Fitness Required for Drivers to Survive Twelve Hours at Sebring

By Holly Cain
IMSA Wire Service
 Temperatures nearing 90 degrees, cloudless sunny skies, 3.74 miles of twists, turns and bumps endured for a complete trip around the clock – this is the famed Mobil 1 Twelve Hours of Sebring Presented by Advance Auto Parts. 
Many consider the Sebring race the most physically demanding drive on the IMSA WeatherTech SportsCar Championship schedule. And drivers were already preparing – both mentally and physically – for the March 19 second stop on the 2022 schedule even as they showed up for the season’s first race in January, the Rolex 24 At Daytona.
Offseason training followed by workouts between the two endurance races – a seven-week span – leading to the iconic Sebring race call for some of the most disciplined training schedules of the entire year, competitors insist.
“When we race at Daytona, you can be in car three, three and half hours, but it’s more demanding being in the car one hour in Sebring,’’ Renger van der Zande, co-driver of the Chip Ganassi Racing No. 01 Cadillac V-Performance Academy Cadillac DPi-V.R, said. “Obviously, it’s the track, but also the temperatures. That’s the hardest part. Luckily, we have two months to get acclimated and do the heat training.”
The difference in temperature between Daytona in January and Sebring in mid-March can sometimes vary by 40 degrees. Add in the physical demands of the drivers negotiating the venerable course and it means fitness can be a significant factor in deciding a team’s outcome.
Increasingly, drivers train up for the Sebring race, which at half as long as Daytona, calls for a more intense pace. And certainly the 17-turn circuit and former airfield in rural Central Florida demands a huge mental and physical game; one unlike any other venue on the schedule.
“Sebring is grueling! It’s the hardest one of the calendar,’’ said Earl Bamber of the No. 02 Cadillac Accessories entry from Chip Ganassi Racing. “It’s hot and it’s bumpy. Comparatively, Daytona is easy, but Sebring is just pounding the whole way and obviously more a sprint, so a lot harder in that way. I would say everyone trains up to get to Sebring.”
For some, the training is quite intense. Several drivers actually run marathons or even enter triathlons between the two endurance car races.
“You do your gym and cardio at home and you always start your season your fittest by normal metrics, but you’re not really ‘driving fit,’ so to speak,’’ said Ricky Taylor, a two-time series champion and Florida native.
“It’s different when you drive the race car,” the co-driver of the No. 10 Konica Minolta Acura ARX-05 added. “And it’s actually a really funny stretch (to start the season) because you lose fitness when you drive at Daytona if you compare bicycle to bicycle or weight room to weight room. That gap between Daytona and Sebring is when you try to build it back up at home.”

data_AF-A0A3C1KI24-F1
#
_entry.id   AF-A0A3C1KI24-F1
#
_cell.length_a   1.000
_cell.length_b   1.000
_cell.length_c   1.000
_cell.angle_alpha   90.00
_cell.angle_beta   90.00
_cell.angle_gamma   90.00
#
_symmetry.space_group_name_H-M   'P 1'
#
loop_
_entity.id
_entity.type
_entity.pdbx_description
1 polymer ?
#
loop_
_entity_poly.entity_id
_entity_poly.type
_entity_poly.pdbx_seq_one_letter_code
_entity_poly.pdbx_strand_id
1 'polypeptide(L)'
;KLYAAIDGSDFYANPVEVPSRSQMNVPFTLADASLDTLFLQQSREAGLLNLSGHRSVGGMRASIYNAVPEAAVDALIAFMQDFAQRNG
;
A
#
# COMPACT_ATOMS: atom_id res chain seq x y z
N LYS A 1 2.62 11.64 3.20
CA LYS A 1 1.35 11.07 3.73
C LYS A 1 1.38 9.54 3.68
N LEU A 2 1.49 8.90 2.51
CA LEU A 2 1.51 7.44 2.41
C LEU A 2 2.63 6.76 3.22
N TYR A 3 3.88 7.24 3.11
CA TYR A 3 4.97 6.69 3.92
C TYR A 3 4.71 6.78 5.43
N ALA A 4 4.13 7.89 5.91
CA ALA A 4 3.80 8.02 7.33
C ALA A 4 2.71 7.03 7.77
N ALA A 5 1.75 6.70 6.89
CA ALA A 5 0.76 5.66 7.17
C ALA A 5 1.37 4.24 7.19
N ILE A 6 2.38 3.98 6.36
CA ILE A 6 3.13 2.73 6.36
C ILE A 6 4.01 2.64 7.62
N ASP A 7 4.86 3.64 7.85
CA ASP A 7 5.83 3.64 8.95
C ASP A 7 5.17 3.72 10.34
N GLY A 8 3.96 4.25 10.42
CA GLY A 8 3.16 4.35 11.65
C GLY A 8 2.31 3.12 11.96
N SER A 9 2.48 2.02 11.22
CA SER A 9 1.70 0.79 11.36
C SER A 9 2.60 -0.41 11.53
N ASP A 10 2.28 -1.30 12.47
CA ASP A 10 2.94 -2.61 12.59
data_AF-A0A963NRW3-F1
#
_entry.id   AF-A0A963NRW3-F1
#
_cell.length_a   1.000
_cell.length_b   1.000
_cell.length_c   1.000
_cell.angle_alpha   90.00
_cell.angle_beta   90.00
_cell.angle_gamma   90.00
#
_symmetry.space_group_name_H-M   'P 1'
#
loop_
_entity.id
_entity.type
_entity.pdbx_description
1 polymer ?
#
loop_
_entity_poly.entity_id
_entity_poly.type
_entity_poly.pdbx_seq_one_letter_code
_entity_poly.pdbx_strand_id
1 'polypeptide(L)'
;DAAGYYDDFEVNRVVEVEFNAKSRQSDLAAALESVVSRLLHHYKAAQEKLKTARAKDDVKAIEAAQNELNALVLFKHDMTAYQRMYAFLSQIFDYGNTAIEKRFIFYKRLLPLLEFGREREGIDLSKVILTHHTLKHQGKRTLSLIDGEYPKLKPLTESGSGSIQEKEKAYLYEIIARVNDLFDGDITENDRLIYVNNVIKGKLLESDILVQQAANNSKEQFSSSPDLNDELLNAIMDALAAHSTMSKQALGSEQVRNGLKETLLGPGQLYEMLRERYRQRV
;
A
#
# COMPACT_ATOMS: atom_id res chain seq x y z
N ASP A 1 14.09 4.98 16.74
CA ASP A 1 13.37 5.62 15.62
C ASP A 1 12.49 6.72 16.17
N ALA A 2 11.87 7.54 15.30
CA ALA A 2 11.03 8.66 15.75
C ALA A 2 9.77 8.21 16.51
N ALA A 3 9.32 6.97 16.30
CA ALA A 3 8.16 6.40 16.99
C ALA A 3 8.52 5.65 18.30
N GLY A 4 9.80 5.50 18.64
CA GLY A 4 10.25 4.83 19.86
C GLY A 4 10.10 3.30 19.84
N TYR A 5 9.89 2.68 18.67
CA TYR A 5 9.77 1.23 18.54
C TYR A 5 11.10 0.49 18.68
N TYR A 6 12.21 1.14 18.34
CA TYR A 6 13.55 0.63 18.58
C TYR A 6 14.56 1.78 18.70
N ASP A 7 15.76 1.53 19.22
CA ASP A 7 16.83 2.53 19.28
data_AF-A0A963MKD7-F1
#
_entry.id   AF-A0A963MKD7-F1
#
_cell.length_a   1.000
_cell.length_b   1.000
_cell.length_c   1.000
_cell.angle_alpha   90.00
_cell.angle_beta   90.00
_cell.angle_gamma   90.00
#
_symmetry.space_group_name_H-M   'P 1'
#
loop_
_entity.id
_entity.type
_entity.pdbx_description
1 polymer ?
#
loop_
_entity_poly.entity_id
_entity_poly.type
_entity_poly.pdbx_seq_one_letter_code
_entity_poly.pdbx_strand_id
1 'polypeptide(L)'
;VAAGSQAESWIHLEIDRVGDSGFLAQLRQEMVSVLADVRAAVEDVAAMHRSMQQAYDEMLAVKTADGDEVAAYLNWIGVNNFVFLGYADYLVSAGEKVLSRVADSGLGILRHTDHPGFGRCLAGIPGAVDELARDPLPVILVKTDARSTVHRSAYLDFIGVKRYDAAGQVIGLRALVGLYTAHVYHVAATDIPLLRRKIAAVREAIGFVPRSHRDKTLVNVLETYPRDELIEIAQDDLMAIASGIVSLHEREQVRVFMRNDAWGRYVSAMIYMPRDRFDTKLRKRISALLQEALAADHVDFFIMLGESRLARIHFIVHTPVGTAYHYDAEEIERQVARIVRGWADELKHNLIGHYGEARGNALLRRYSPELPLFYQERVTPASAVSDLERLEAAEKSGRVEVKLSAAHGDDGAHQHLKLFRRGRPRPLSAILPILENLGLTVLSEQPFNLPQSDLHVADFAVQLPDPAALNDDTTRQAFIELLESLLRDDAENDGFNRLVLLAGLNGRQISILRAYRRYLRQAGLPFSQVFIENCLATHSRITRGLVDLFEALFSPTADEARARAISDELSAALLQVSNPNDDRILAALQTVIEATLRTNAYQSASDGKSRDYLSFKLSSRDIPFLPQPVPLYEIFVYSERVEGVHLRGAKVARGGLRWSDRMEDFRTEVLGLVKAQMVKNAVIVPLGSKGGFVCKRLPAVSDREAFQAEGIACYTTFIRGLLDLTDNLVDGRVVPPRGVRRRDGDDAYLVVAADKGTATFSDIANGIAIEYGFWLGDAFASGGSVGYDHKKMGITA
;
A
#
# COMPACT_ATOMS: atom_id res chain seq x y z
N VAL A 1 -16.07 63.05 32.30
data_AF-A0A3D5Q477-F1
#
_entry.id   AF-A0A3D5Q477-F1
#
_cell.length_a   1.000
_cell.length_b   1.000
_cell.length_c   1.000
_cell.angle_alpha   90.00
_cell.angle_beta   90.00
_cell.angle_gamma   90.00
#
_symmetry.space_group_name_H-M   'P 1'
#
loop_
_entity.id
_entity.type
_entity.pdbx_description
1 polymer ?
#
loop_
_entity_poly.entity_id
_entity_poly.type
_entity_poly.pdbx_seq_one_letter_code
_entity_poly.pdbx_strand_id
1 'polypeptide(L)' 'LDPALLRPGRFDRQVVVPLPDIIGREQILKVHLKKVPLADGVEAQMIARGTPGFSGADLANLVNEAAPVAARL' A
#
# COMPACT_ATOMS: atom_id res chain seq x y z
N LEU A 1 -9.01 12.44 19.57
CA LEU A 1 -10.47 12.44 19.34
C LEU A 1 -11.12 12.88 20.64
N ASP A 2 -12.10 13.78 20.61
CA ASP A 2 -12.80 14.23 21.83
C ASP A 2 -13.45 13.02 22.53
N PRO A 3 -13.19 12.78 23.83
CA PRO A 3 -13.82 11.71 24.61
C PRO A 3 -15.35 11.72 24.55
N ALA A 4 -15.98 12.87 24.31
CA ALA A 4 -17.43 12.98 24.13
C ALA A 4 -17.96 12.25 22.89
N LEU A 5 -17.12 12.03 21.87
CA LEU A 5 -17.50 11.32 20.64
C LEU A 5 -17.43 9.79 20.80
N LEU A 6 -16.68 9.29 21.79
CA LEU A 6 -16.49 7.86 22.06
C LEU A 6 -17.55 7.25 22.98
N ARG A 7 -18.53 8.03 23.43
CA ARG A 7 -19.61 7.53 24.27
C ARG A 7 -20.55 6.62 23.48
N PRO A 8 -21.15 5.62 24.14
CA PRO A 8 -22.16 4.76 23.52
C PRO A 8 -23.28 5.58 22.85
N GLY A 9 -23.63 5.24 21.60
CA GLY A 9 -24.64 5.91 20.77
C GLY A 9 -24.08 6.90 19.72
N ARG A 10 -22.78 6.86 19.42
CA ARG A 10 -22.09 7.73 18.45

Through the years, drivers have not only put a huge emphasis on physical training, but have finetuned that focus according to the season schedule. The endurance races at Daytona and Sebring present a different challenge than the shorter “sprint” races – the 100-minute and the 2-hour, 40-minute races that make up the majority of the rest of the season.
The mental focus is extremely important after multiple long stints in the Sebring heat, but being fit and physically able to handle the “all in” day of bumps and sharp turns can be the difference between a legendary Sebring trophy or not. Intense physical preparation is not only prevalent on the grid but expected of the sports car set.
“The hard part is not driving (during those weeks) after Daytona,’’ van der Zande said. “So being fit as far as your muscle memory and reaction is hard. I would say some drivers would do go-karting, simulation work. There’s really no other way.”
The payoff? Becoming part of a highly respected and elite winner’s club at a track where athleticism is as important as strategy and speed.
“Sun and bumps, see you again in a few weeks,’’ Taylor posted on his social media account. 
On-track action at Sebring International Raceway runs from March 16-19, capped off by the Twelve Hours of Sebring race that begins at 10:10 a.m. ET Saturday, March 19. Peacock’s live streaming coverage starts at 10 a.m., with USA picking up the NBC Sports telecast at 3:30 p.m. through the end of the race. IMSA Radio also provides a flag-to-flag broadcast. Tickets for the race are available at
Adam Sinclair